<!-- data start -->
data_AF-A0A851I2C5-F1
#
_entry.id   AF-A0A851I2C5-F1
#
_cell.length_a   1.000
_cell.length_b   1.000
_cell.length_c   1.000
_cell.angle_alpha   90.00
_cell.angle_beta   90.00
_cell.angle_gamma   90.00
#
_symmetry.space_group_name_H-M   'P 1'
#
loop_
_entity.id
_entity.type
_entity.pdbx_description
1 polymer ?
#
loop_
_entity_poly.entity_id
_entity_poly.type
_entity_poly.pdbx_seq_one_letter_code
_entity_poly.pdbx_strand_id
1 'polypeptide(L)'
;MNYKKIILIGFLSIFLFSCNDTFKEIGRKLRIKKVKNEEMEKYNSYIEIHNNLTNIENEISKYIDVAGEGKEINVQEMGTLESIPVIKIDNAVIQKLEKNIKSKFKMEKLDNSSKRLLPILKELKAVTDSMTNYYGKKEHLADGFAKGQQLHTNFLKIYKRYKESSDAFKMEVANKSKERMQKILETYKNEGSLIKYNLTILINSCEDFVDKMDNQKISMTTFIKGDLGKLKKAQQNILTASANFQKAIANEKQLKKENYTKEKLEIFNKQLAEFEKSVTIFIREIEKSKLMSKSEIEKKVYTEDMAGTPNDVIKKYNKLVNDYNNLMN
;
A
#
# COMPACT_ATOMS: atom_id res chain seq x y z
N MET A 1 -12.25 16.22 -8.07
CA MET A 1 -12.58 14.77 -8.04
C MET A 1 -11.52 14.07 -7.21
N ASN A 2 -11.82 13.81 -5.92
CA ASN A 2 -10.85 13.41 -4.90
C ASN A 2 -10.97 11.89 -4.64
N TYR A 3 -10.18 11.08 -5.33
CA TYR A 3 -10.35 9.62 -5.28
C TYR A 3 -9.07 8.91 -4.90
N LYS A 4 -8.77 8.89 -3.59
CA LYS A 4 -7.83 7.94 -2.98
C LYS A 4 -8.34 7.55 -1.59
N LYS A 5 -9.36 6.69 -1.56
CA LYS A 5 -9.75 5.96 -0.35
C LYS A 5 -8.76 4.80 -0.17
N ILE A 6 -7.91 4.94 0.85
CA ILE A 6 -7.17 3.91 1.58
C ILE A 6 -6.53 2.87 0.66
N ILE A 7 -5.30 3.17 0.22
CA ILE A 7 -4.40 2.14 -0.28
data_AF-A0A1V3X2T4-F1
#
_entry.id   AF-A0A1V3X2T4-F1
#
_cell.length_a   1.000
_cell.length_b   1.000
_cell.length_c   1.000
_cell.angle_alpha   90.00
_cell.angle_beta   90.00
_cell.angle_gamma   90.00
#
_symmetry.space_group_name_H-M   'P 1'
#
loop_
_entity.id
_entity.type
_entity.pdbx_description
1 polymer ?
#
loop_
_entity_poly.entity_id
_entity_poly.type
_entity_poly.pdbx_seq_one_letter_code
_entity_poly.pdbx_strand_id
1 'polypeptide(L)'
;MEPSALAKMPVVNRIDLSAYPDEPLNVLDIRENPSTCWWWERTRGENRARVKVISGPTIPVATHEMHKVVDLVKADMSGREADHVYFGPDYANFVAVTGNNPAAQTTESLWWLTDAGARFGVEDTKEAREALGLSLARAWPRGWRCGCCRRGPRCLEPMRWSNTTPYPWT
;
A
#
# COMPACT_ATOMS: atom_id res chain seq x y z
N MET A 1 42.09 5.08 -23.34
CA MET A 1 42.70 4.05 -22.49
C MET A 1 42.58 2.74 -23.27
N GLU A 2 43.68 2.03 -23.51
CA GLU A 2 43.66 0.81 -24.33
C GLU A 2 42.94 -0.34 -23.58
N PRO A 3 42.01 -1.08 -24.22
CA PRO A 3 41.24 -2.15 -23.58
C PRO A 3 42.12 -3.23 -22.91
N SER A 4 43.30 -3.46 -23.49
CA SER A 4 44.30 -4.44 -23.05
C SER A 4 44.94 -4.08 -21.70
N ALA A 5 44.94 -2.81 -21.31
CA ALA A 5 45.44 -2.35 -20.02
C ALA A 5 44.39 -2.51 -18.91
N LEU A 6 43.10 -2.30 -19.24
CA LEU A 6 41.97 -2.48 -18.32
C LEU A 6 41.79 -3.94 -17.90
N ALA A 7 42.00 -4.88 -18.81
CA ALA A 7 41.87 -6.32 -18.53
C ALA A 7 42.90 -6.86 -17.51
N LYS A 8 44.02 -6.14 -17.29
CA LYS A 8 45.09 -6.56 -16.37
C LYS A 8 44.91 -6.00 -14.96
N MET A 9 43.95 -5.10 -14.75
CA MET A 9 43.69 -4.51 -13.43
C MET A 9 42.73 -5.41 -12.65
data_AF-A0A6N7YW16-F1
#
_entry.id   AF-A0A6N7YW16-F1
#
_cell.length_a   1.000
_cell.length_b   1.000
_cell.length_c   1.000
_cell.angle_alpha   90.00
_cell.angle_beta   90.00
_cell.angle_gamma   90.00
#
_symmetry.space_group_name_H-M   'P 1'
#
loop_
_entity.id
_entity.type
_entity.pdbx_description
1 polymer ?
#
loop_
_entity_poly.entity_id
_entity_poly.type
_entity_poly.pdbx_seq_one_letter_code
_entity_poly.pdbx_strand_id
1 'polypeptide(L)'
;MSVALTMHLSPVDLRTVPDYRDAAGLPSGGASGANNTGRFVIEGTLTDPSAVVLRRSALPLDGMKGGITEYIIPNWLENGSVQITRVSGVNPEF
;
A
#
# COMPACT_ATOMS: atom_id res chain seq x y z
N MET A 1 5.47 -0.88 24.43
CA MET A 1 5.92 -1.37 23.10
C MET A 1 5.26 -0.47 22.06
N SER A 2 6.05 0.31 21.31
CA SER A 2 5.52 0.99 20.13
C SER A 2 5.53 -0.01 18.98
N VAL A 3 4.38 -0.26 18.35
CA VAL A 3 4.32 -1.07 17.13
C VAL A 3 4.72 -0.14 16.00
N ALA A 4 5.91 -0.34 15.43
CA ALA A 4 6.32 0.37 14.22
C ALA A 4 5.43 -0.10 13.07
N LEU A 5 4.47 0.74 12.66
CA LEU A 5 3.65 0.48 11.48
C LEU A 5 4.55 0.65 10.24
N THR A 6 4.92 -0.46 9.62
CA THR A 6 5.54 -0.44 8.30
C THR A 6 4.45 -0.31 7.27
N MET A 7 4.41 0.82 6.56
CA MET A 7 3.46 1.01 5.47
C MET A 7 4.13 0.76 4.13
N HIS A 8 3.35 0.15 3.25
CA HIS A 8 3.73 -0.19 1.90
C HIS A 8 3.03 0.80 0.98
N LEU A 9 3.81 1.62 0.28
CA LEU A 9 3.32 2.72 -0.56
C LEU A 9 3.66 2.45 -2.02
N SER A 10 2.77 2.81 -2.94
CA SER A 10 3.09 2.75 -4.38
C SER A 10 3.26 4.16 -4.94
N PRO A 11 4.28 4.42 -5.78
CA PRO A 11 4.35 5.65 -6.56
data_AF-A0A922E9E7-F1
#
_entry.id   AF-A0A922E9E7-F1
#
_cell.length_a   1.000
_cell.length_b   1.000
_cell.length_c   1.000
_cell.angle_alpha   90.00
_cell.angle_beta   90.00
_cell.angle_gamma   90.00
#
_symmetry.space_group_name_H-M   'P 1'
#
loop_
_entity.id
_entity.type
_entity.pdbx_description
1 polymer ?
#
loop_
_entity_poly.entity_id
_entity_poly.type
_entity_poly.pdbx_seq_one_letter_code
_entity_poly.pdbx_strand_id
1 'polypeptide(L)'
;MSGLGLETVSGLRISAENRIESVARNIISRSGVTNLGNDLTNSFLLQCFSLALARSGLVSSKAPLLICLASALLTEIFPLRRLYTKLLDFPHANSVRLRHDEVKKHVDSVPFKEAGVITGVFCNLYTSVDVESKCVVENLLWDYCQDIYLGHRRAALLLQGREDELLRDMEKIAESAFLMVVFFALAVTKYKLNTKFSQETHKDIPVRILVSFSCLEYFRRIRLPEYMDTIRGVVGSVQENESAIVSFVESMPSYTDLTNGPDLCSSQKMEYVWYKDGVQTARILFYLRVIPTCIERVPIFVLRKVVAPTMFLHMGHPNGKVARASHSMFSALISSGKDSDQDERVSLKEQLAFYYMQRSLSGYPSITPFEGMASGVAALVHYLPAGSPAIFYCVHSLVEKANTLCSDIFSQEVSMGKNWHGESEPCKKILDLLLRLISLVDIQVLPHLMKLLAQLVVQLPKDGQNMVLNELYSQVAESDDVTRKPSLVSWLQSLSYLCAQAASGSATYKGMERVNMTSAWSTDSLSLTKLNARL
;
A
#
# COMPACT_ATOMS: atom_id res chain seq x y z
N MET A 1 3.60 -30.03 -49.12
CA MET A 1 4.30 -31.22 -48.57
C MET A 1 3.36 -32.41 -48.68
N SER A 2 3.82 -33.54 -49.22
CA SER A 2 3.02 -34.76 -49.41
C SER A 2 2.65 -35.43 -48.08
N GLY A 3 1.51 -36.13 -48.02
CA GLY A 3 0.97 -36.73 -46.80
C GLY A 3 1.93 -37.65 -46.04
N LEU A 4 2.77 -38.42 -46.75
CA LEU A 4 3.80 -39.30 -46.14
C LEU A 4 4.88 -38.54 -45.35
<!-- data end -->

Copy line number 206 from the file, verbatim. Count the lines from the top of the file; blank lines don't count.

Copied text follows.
N GLY A 3 1.51 -36.13 -48.02